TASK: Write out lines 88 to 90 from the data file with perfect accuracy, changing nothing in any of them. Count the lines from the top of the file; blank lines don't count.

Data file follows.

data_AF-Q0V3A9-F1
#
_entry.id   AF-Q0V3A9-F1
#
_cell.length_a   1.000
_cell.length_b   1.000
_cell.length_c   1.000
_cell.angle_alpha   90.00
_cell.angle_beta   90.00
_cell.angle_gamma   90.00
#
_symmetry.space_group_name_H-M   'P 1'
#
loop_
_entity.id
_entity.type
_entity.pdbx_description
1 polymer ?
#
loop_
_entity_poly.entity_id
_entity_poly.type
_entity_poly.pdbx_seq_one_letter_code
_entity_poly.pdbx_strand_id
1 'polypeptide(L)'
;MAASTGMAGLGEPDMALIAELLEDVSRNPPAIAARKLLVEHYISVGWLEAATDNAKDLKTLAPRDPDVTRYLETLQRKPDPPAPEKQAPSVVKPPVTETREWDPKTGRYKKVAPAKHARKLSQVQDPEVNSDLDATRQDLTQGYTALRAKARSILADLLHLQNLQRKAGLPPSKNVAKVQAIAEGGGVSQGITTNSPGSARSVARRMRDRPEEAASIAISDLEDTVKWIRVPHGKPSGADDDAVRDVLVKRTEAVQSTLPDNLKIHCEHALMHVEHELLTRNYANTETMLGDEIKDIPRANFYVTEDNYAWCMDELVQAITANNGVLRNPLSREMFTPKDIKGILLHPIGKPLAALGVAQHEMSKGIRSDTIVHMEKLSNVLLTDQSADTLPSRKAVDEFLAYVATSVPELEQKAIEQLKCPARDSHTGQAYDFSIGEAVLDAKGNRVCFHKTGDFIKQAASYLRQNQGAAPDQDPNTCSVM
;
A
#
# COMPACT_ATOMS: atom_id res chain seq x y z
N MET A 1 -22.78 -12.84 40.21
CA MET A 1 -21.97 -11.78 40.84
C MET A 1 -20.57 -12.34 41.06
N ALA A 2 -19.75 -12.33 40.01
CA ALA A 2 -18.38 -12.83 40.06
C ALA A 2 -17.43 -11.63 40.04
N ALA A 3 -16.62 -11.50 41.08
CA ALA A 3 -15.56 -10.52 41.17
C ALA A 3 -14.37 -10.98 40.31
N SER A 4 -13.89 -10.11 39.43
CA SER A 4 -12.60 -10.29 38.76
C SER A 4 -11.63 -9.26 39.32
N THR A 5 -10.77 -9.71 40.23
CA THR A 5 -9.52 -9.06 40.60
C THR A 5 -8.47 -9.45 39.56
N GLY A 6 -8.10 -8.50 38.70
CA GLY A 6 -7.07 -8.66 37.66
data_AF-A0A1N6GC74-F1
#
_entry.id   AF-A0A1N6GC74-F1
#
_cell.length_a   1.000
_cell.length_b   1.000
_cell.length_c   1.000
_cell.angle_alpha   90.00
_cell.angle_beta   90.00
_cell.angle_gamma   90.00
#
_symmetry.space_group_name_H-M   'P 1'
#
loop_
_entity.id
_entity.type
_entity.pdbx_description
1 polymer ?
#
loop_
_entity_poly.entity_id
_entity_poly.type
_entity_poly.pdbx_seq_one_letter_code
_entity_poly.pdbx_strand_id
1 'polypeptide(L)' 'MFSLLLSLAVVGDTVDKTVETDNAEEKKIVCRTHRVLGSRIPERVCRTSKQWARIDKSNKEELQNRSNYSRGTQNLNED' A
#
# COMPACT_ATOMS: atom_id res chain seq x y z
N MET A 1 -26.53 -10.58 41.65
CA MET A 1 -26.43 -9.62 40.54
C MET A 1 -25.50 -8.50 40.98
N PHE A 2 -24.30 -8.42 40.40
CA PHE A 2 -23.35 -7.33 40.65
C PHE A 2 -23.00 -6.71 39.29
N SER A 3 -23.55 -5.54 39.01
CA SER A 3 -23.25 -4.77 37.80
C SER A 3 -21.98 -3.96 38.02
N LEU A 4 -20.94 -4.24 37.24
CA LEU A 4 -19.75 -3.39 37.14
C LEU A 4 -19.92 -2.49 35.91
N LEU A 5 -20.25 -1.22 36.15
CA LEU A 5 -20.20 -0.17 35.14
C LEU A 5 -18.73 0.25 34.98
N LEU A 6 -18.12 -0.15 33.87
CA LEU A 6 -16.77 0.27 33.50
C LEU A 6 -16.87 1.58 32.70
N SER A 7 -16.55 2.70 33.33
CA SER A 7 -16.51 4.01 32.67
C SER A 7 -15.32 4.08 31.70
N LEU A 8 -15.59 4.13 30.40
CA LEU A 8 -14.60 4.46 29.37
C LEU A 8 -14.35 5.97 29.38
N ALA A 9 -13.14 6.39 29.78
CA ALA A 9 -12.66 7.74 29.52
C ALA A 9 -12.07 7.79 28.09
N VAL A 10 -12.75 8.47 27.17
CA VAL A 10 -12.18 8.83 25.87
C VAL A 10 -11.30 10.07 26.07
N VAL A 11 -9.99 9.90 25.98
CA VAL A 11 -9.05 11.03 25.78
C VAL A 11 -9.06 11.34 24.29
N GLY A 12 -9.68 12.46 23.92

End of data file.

CA LEU A 5 -20.20 -0.17 35.14
C LEU A 5 -18.73 0.25 34.98
N LEU A 6 -18.12 -0.15 33.87